Quinn Li, senior vice president and global head of Qualcomm Ventures, and Varsha Tagare, senior director and head of Qualcomm Ventures India, say they are bullish on Indian startups using emerging technologies such as artificial intelligence (AI) and the Internet of Things (IoT) to build global solutions in different sectors ranging from defense to transportation, to dairy, among others.
The US chipmaker’s VC arm which invests in emerging technologies such as AI, IoT, and robotics – is now looking to bet big on Indian startups developing AI-led applications that run on end devices such as smartphones through its recently launched USD 100 million global AI-focused funds.
In November, Qualcomm Ventures launched its AI-dedicated fund to invest in startups developing on-device AI that run on devices like smartphones, instead of on the cloud.
Qualcomm Ventures, which has a portfolio of more than 150 companies across seven regions, invests in early-stage companies focusing on areas that Qualcomm has a demonstrated technical expertise. These areas include IoT, mobile, AI, automotive, and networking.
At a global level, the VC typically invests in around 15 startups per year globally across seven markets: the US, China, India, Israel, UK, Latin America, and South Korea.
Qualcomm Ventures: driving AI-driven innovation forward
In India, Qualcomm Ventures– which backs health tech firm Portea, office commute automation startup MoveInSync, agri-marketing platform Ninjacart, and sales enablement company MindTickle, among others –has been in talks to invest in several Indian startups using AI through its AI-dedicated fund.
As part of its AI fund, Qualcomm Ventures had said it will make investments in the range of USD 1 million to USD 10 million in companies making on-device AI ubiquitous.
“We see companies in India not just addressing the Indian market, but either southeast Asia, the Middle East or the US. That’s what we see. And so, the use case of technology led solutions being built expands beyond India,” Quinn says.
Qualcomm Ventures-backed dairy technology startup Stellapps, which leverages IoT, analytics, and big data across its platform to improve dairy farmer income, is one such example of a startup that uses IoT to provide transparency as well as efficiency across the milk value chain, from production to supply chain to payments.
For Stellapps, in addition to India, the company is now set to grow in Southeast Asia too, says Quinn.
“Indian entrepreneurs are getting really smart about India, Southeast Asia and the US. Entrepreneurs are spending time in these markets constantly to learn about the market from the get-go,” says Varsha, who heads Qualcomm Ventures India, which counts Stellapps among some of its more recent investments in India.
Qualcomm Ventures has also invested in Indian drone startup IdeaForge, known for developing India’s first unmanned aerial vehicles (UAVs), hyper-local delivery start-up ShadowFax, and digital payments platform BonusHub.
India’s ‘big enough’
And yet, thanks to the sheer size of and opportunity in the domestic market, Indian startups do not necessarily have to move to the Silicon Valley or to other markets to grow, say Quinn and Varsha.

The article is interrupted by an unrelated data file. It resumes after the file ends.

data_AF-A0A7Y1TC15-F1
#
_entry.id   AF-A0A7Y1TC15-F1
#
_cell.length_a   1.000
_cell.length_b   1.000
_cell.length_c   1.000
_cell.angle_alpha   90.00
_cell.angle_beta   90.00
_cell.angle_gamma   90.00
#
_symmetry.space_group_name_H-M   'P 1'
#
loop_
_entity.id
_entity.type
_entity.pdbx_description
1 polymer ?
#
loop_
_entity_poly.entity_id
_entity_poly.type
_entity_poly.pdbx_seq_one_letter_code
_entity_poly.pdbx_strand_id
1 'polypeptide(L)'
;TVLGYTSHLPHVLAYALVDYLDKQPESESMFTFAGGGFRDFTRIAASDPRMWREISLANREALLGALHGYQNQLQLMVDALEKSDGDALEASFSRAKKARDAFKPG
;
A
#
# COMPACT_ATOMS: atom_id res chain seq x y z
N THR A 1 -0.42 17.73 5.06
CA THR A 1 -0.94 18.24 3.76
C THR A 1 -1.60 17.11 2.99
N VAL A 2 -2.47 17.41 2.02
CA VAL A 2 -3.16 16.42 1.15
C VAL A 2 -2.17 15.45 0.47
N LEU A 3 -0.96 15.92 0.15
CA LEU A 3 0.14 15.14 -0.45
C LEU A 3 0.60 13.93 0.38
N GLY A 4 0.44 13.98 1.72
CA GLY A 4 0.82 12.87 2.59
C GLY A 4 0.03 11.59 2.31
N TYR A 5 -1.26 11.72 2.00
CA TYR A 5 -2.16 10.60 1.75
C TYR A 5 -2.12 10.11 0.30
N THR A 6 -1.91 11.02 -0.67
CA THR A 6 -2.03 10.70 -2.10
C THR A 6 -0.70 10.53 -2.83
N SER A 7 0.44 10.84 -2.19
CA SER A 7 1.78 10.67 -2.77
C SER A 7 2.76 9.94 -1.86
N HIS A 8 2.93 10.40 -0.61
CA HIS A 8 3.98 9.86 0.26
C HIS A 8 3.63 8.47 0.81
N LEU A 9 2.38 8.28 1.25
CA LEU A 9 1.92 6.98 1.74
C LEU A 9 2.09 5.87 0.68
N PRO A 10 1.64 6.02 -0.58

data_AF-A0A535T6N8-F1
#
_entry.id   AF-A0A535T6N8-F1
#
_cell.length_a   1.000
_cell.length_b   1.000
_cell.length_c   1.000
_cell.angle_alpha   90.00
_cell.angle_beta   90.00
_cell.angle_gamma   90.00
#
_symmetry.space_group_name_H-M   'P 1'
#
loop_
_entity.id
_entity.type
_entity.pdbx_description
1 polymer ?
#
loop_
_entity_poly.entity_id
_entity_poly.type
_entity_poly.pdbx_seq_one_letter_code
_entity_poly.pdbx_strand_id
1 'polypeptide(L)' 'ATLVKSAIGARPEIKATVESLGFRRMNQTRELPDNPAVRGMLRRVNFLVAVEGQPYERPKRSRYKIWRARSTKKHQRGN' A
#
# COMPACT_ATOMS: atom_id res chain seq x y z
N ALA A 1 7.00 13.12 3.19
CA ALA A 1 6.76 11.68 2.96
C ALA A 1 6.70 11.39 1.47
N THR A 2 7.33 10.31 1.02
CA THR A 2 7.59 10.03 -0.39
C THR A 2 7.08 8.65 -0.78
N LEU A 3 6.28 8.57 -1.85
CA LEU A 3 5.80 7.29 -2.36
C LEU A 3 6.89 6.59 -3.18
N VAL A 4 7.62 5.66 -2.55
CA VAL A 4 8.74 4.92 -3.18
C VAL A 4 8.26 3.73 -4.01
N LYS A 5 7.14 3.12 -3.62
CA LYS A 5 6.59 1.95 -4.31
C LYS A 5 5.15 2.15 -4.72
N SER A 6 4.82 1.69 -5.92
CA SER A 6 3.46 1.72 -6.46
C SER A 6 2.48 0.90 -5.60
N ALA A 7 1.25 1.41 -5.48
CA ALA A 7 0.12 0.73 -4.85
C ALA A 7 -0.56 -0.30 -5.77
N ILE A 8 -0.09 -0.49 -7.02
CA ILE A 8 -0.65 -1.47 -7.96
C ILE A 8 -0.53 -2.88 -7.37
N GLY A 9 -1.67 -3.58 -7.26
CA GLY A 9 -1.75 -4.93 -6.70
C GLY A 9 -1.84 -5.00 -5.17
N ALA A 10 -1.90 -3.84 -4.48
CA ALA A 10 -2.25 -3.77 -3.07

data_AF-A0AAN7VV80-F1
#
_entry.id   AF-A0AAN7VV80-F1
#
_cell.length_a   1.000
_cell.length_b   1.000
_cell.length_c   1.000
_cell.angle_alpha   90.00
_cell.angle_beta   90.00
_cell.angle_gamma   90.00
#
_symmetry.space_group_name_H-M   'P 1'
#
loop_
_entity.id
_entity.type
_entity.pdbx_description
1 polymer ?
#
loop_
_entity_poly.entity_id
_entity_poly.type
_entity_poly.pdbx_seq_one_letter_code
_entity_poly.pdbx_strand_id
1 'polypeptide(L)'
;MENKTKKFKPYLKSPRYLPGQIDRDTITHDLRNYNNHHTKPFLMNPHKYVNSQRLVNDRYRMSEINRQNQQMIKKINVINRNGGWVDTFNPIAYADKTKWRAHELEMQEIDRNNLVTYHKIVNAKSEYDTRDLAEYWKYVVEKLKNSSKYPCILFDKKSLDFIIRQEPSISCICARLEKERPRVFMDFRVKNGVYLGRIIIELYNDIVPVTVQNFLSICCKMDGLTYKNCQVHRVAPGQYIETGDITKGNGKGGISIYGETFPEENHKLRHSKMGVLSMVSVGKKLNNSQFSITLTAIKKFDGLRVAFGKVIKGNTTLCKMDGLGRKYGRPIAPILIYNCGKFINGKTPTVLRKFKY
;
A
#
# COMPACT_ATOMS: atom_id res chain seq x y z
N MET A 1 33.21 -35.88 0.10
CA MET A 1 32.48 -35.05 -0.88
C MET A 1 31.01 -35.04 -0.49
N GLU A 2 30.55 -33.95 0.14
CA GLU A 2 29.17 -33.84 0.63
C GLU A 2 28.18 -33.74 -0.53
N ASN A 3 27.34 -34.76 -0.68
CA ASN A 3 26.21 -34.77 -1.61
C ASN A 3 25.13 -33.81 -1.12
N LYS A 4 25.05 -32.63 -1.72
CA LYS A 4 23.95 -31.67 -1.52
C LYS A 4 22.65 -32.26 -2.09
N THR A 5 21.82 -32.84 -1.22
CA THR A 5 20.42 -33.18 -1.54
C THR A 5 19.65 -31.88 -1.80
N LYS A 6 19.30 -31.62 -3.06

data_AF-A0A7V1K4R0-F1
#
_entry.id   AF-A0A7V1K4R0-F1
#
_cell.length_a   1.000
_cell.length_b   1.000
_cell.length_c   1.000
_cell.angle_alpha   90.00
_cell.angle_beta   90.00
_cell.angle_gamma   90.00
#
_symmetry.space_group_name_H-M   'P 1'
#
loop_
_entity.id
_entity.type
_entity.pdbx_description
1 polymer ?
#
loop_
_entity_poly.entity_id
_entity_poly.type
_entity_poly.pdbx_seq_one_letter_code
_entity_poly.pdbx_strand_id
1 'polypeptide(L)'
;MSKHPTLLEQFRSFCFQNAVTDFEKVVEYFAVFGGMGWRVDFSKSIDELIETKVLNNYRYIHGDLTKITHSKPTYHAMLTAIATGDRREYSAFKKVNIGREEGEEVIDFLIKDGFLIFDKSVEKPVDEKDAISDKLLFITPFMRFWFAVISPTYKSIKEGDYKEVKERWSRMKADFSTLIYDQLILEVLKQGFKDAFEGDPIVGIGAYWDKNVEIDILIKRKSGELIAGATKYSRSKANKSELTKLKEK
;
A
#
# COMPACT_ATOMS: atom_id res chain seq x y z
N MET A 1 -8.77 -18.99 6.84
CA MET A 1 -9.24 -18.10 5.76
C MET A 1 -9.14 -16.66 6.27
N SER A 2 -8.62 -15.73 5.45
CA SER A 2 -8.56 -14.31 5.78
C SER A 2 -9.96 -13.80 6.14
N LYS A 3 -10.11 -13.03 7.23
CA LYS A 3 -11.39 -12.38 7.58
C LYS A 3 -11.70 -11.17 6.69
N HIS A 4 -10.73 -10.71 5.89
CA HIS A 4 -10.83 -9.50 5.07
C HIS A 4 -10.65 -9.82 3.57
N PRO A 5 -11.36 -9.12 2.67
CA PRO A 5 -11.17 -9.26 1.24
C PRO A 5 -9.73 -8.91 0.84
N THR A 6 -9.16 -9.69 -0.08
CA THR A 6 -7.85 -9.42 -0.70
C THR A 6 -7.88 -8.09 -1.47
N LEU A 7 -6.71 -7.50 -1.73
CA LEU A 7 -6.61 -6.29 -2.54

This means that solving a specific, local problem in areas like fintech or transportation, offers huge potential for startups in India to emerge as disruptors or large players in those sectors, they add.
For example, venerable Indian names like cab-aggregator Ola and fintech giant Paytm – which are the two most highly valued startups in India – have grown rapidly over the past few years simply by tapping the large domestic market. Says Varsha,
Micro-mobility startups that offer micro-mobility transports options such as bicycles, mini-scooters, and e-bikes have sprung up in India, as commuters seek out a more affordable and convenient mode of transport to fight increasing traffic congestion levels and save time.
So, while startups looking to become global players would need to find their customer base elsewhere, they are increasingly realizing that India’s ‘big enough,’ says Varsha.
Returns and radical transparency
Every day, Qualcomm Ventures’ global team talks to different companies, possibly six to seven companies, across different sectors such as financial services and healthcare to stake out interesting investment opportunities.
“Each of the regional teams will have regional discussions because they’re dealing with companies and solving specific real problems, and then we will have the global team involved at the right time for the final decision-making,” says Quinn, who adds that as the top boss, he is looking to install some level of ‘radical transparency’ to steer the team towards achieving a common set of objectives and goals.
“I think the most exciting for me is to see the company succeed over a period of time – from the point where you write your first check. It could be a very early stage startup that may barely have any customers yet that point and to see them go through the journey and grow to be a very successful company is a very satisfying journey,” says Quinn.
In addition, being able to witness first-hand all the cutting-edge technology being developed is another bonus, as is the chance to continuously meet and work with passionate entrepreneurs who’re on a mission to tackle some of the most interesting problems in the world, he explains.―Your Story